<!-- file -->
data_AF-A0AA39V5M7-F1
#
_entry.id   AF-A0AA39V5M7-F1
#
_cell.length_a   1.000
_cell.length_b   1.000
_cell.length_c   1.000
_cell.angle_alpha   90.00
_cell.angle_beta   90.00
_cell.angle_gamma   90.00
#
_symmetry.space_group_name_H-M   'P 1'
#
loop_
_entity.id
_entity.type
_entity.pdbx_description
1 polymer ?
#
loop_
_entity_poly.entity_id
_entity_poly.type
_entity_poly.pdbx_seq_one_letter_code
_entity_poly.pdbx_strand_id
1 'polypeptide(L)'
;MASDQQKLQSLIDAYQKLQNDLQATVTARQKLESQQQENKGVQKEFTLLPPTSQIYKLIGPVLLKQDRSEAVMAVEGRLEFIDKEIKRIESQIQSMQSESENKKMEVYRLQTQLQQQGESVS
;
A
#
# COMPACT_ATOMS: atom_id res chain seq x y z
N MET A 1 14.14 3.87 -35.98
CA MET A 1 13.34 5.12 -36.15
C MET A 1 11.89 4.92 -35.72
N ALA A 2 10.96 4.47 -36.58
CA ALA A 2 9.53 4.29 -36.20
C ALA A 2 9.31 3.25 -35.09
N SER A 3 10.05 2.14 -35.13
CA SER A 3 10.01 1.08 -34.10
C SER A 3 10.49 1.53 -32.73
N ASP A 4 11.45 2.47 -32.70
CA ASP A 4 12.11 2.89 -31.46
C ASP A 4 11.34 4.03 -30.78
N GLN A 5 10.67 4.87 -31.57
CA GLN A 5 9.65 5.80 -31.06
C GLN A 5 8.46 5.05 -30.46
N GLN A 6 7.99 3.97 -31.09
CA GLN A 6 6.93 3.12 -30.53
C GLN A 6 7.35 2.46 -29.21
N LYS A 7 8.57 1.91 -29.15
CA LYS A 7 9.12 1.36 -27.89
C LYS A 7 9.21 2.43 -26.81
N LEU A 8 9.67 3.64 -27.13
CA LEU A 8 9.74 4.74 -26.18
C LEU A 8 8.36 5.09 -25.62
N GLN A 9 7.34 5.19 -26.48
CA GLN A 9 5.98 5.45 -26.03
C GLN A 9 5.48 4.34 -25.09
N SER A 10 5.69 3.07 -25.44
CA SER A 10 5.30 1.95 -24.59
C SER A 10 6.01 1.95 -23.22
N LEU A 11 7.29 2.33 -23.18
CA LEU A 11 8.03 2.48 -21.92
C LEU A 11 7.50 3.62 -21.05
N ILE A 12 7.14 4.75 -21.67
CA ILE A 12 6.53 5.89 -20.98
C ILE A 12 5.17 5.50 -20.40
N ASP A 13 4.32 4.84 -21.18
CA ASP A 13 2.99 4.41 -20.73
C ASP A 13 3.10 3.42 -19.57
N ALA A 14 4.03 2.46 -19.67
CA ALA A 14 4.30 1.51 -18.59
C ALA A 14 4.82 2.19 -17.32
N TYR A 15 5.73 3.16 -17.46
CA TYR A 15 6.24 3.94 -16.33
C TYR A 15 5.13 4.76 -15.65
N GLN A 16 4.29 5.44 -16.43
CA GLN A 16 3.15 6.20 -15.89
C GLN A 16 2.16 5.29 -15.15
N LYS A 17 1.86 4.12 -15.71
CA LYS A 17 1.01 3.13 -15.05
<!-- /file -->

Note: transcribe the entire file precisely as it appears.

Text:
data_AF-A0AA39V5M7-F1
#
_entry.id   AF-A0AA39V5M7-F1
#
_cell.length_a   1.000
_cell.length_b   1.000
_cell.length_c   1.000
_cell.angle_alpha   90.00
_cell.angle_beta   90.00
_cell.angle_gamma   90.00
#
_symmetry.space_group_name_H-M   'P 1'
#
loop_
_entity.id
_entity.type
_entity.pdbx_description
1 polymer ?
#
loop_
_entity_poly.entity_id
_entity_poly.type
_entity_poly.pdbx_seq_one_letter_code
_entity_poly.pdbx_strand_id
1 'polypeptide(L)'
;MASDQQKLQSLIDAYQKLQNDLQATVTARQKLESQQQENKGVQKEFTLLPPTSQIYKLIGPVLLKQDRSEAVMAVEGRLEFIDKEIKRIESQIQSMQSESENKKMEVYRLQTQLQQQGESVS
;
A
#
# COMPACT_ATOMS: atom_id res chain seq x y z
N MET A 1 14.14 3.87 -35.98
CA MET A 1 13.34 5.12 -36.15
C MET A 1 11.89 4.92 -35.72
N ALA A 2 10.96 4.47 -36.58
CA ALA A 2 9.53 4.29 -36.20
C ALA A 2 9.31 3.25 -35.09
N SER A 3 10.05 2.14 -35.13
CA SER A 3 10.01 1.08 -34.10
C SER A 3 10.49 1.53 -32.73
N ASP A 4 11.45 2.47 -32.70
CA ASP A 4 12.11 2.89 -31.46
C ASP A 4 11.34 4.03 -30.78
N GLN A 5 10.67 4.87 -31.57
CA GLN A 5 9.65 5.80 -31.06
C GLN A 5 8.46 5.05 -30.46
N GLN A 6 7.99 3.97 -31.09
CA GLN A 6 6.93 3.12 -30.53
C GLN A 6 7.35 2.46 -29.21
N LYS A 7 8.57 1.91 -29.15
CA LYS A 7 9.12 1.36 -27.89
C LYS A 7 9.21 2.43 -26.81
N LEU A 8 9.67 3.64 -27.13
CA LEU A 8 9.74 4.74 -26.18
C LEU A 8 8.36 5.09 -25.62
N GLN A 9 7.34 5.19 -26.48
CA GLN A 9 5.98 5.45 -26.03
C GLN A 9 5.48 4.34 -25.09
N SER A 10 5.69 3.07 -25.44
CA SER A 10 5.30 1.95 -24.59
C SER A 10 6.01 1.95 -23.22
N LEU A 11 7.29 2.33 -23.18
CA LEU A 11 8.03 2.48 -21.92
C LEU A 11 7.50 3.62 -21.05
N ILE A 12 7.14 4.75 -21.67
CA ILE A 12 6.53 5.89 -20.98
C ILE A 12 5.17 5.50 -20.40
N ASP A 13 4.32 4.84 -21.18
CA ASP A 13 2.99 4.41 -20.73
C ASP A 13 3.10 3.42 -19.57
N ALA A 14 4.03 2.46 -19.67
CA ALA A 14 4.30 1.51 -18.59
C ALA A 14 4.82 2.19 -17.32
N TYR A 15 5.73 3.16 -17.46
CA TYR A 15 6.24 3.94 -16.33
C TYR A 15 5.13 4.76 -15.65
N GLN A 16 4.29 5.44 -16.43
CA GLN A 16 3.15 6.20 -15.89
C GLN A 16 2.16 5.29 -15.15
N LYS A 17 1.86 4.12 -15.71
CA LYS A 17 1.01 3.13 -15.05